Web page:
• Meteor
    Meteor

    A Meteor application is a mix of JavaScript that runs inside a client web browser, JavaScript that runs on the Meteor server inside a Node.js container, and all the supporting HTML fragments, CSS rules, and static assets. ...

  • Knockout
    Knockout

    It is a JavaScript library that helps you to create rich, responsive display and editor user interfaces with a clean underlying data model. Any time you have sections of UI that update dynamically (e.g., changing depending on the user’s actions or when an external data source changes), it can help you implement it more simply and maintainably. ...

  • AngularJS
    AngularJS

    AngularJS lets you write client-side web applications as if you had a smarter browser. It lets you use good old HTML (or HAML, Jade and friends!) as your template language and lets you extend HTML’s syntax to express your application’s components clearly and succinctly. It automatically synchronizes data from your UI (view) with your JavaScript objects (model) through 2-way data binding. ...

  • JavaScript
    JavaScript

    JavaScript is most known as the scripting language for Web pages, but used in many non-browser environments as well such as node.js or Apache CouchDB. It is a prototype-based, multi-paradigm scripting language that is dynamic,and supports object-oriented, imperative, and functional programming styles. ...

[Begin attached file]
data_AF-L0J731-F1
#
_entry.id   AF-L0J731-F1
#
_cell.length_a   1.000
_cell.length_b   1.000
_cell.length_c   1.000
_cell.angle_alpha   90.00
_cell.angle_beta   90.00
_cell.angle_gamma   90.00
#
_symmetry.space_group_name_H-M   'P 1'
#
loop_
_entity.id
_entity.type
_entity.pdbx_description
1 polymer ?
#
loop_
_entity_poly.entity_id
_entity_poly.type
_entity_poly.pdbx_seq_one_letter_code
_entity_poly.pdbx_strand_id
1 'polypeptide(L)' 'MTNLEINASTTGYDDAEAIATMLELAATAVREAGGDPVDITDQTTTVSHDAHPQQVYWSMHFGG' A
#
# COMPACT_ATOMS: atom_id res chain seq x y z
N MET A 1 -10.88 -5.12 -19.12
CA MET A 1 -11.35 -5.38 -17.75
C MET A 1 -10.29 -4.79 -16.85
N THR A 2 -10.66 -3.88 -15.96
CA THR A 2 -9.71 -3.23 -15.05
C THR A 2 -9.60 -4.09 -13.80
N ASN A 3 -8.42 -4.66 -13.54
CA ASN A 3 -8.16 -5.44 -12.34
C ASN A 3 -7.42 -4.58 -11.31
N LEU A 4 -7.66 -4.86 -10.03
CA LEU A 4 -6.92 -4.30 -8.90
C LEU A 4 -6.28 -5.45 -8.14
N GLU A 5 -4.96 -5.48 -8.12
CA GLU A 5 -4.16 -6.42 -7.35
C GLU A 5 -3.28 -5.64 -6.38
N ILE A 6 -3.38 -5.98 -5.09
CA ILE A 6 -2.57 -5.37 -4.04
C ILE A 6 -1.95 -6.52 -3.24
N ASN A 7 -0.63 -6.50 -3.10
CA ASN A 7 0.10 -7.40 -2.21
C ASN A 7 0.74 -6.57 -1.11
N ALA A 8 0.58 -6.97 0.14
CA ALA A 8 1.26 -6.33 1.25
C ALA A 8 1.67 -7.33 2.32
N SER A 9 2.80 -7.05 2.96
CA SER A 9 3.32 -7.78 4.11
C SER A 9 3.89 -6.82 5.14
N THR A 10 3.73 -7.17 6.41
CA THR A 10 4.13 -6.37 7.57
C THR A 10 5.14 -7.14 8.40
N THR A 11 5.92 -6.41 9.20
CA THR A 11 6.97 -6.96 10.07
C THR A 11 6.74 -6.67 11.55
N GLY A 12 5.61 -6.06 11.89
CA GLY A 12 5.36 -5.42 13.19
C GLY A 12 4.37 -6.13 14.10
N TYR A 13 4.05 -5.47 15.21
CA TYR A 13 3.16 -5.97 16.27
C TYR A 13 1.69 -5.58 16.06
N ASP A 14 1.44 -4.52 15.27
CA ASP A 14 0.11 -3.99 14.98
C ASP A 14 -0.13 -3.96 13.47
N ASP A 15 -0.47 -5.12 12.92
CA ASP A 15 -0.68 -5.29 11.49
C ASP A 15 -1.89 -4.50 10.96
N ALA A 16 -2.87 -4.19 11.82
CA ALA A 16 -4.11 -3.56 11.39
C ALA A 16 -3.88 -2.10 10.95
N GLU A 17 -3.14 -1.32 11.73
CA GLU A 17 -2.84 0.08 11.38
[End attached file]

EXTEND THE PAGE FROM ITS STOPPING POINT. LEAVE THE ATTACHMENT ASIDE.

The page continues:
Angular alternatives & related posts

React logo

React

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139.7K
4.1K
A JavaScript library for building user interfaces
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PROS OF REACT
  • 830
    Components
  • 672
    Virtual dom
  • 578
    Performance
  • 507
    Simplicity
  • 442
    Composable
  • 186
    Data flow
  • 166
    Declarative
  • 128
    Isn't an mvc framework
  • 120
    Reactive updates
  • 115
    Explicit app state
  • 50
    JSX
  • 29
    Learn once, write everywhere
  • 22
    Easy to Use
  • 21
    Uni-directional data flow
  • 17
    Works great with Flux Architecture
  • 11
    Great perfomance
  • 10
    Javascript
  • 9
    Built by Facebook
  • 8
    TypeScript support
  • 6
    Speed
  • 6
    Server Side Rendering
  • 5
    Feels like the 90s
  • 5
    Excellent Documentation
  • 5
    Props
  • 5
    Functional
  • 5
    Easy as Lego
  • 5